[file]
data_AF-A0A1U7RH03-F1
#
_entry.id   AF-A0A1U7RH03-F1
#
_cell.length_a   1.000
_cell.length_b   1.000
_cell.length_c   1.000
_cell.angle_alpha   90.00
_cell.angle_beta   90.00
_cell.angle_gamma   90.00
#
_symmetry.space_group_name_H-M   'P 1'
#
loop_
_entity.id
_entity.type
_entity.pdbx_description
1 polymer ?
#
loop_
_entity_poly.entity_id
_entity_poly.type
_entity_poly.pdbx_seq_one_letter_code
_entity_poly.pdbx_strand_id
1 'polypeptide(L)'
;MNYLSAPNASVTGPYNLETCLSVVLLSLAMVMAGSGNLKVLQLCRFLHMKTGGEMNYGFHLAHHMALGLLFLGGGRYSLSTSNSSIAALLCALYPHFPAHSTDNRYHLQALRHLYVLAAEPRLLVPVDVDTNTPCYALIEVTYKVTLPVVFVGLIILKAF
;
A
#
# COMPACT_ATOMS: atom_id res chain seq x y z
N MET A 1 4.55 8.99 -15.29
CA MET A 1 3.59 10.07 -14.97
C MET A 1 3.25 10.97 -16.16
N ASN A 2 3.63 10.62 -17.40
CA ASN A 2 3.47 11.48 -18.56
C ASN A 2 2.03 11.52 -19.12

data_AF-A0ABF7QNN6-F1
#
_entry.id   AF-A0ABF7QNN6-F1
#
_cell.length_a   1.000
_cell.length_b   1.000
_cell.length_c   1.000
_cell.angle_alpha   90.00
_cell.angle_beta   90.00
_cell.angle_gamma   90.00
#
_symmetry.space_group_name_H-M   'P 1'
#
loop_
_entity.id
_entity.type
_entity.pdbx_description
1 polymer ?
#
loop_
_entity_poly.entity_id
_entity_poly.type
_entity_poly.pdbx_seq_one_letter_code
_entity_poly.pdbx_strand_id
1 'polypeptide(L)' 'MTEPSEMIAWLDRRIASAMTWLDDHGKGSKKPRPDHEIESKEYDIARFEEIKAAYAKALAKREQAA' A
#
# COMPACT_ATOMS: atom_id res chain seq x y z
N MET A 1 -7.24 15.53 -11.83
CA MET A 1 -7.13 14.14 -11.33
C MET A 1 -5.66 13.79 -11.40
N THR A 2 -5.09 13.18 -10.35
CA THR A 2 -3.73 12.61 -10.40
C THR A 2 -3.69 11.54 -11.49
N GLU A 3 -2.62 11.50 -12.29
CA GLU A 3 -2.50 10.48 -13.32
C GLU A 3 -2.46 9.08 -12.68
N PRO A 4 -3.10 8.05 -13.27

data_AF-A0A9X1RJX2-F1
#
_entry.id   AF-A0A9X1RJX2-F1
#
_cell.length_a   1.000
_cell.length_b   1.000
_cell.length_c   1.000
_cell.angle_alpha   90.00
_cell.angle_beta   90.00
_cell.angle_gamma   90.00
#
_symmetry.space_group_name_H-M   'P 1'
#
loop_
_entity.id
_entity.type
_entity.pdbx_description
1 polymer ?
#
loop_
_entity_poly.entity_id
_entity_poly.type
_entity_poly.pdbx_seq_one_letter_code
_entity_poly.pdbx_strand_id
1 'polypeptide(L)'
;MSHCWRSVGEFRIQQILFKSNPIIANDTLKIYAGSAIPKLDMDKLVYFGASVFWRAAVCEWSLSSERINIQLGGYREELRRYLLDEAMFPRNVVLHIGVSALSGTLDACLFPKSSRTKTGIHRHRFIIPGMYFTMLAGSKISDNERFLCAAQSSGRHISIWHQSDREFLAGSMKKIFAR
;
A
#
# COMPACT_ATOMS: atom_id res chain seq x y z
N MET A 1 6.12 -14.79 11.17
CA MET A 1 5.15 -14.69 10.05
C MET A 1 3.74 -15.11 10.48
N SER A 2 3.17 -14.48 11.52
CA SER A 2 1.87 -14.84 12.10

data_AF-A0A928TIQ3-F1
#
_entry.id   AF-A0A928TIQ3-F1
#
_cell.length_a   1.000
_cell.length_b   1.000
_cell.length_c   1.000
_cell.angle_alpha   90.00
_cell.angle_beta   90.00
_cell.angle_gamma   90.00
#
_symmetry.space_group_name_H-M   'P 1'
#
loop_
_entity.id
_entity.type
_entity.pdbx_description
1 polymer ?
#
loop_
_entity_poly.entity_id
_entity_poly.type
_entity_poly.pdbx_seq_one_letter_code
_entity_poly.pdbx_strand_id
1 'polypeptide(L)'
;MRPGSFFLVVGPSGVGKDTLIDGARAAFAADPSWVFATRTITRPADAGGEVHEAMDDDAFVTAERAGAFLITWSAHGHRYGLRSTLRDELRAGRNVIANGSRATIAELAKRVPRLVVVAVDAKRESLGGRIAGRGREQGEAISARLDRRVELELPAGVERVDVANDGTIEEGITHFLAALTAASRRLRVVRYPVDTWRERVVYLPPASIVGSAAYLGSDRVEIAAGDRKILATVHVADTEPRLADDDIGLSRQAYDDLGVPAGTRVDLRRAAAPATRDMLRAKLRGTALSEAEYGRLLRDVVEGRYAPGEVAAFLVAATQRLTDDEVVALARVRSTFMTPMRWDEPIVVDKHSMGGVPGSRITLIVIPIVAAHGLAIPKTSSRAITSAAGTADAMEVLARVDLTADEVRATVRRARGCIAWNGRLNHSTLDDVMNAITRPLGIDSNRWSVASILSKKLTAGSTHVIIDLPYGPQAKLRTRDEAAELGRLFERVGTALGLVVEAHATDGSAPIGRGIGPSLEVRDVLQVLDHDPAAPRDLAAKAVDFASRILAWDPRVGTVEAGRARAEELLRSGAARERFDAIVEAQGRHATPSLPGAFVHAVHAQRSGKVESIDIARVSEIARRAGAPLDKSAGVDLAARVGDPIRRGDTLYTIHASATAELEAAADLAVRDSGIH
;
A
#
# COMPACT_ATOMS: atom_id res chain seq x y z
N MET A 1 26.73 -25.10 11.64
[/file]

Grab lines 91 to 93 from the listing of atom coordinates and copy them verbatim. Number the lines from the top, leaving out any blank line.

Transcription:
1 polymer ?
#
loop_